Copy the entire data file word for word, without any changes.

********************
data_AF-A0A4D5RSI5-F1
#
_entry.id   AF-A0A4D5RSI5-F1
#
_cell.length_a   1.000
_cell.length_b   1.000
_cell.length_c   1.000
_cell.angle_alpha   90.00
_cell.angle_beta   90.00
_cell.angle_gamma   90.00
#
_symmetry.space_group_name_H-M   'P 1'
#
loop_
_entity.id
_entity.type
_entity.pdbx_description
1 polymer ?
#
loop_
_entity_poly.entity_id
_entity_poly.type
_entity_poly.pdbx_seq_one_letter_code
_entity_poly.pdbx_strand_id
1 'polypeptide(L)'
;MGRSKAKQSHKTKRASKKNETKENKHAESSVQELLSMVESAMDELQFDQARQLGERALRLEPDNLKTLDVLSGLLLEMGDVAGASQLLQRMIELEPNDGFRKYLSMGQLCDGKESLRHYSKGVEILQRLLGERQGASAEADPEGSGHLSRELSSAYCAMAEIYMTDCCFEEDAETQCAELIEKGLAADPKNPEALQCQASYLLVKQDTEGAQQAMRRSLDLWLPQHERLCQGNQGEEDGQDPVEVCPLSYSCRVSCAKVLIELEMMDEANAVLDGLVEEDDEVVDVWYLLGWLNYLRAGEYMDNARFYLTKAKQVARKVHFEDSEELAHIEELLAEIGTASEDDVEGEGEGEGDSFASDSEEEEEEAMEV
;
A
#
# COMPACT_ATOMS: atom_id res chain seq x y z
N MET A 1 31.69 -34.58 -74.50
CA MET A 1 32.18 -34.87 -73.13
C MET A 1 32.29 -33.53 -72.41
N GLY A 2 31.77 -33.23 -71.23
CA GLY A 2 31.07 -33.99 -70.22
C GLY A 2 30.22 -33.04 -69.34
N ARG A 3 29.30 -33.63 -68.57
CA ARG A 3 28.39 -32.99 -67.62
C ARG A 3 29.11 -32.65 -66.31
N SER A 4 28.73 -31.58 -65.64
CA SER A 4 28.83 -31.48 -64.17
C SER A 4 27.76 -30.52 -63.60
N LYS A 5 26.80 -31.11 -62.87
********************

data_AF-A0A4D5RSI5-F1
#
_entry.id   AF-A0A4D5RSI5-F1
#
_cell.length_a   1.000
_cell.length_b   1.000
_cell.length_c   1.000
_cell.angle_alpha   90.00
_cell.angle_beta   90.00
_cell.angle_gamma   90.00
#
_symmetry.space_group_name_H-M   'P 1'
#
loop_
_entity.id
_entity.type
_entity.pdbx_description
1 polymer ?
#
loop_
_entity_poly.entity_id
_entity_poly.type
_entity_poly.pdbx_seq_one_letter_code
_entity_poly.pdbx_strand_id
1 'polypeptide(L)'
;MGRSKAKQSHKTKRASKKNETKENKHAESSVQELLSMVESAMDELQFDQARQLGERALRLEPDNLKTLDVLSGLLLEMGDVAGASQLLQRMIELEPNDGFRKYLSMGQLCDGKESLRHYSKGVEILQRLLGERQGASAEADPEGSGHLSRELSSAYCAMAEIYMTDCCFEEDAETQCAELIEKGLAADPKNPEALQCQASYLLVKQDTEGAQQAMRRSLDLWLPQHERLCQGNQGEEDGQDPVEVCPLSYSCRVSCAKVLIELEMMDEANAVLDGLVEEDDEVVDVWYLLGWLNYLRAGEYMDNARFYLTKAKQVARKVHFEDSEELAHIEELLAEIGTASEDDVEGEGEGEGDSFASDSEEEEEEAMEV
;
A
#
# COMPACT_ATOMS: atom_id res chain seq x y z
N MET A 1 31.69 -34.58 -74.50
CA MET A 1 32.18 -34.87 -73.13
C MET A 1 32.29 -33.53 -72.41
N GLY A 2 31.77 -33.23 -71.23
CA GLY A 2 31.07 -33.99 -70.22
C GLY A 2 30.22 -33.04 -69.34
N ARG A 3 29.30 -33.63 -68.57
CA ARG A 3 28.39 -32.99 -67.62
C ARG A 3 29.11 -32.65 -66.31
N SER A 4 28.73 -31.58 -65.64
CA SER A 4 28.83 -31.48 -64.17
C SER A 4 27.76 -30.52 -63.60
N LYS A 5 26.80 -31.11 -62.87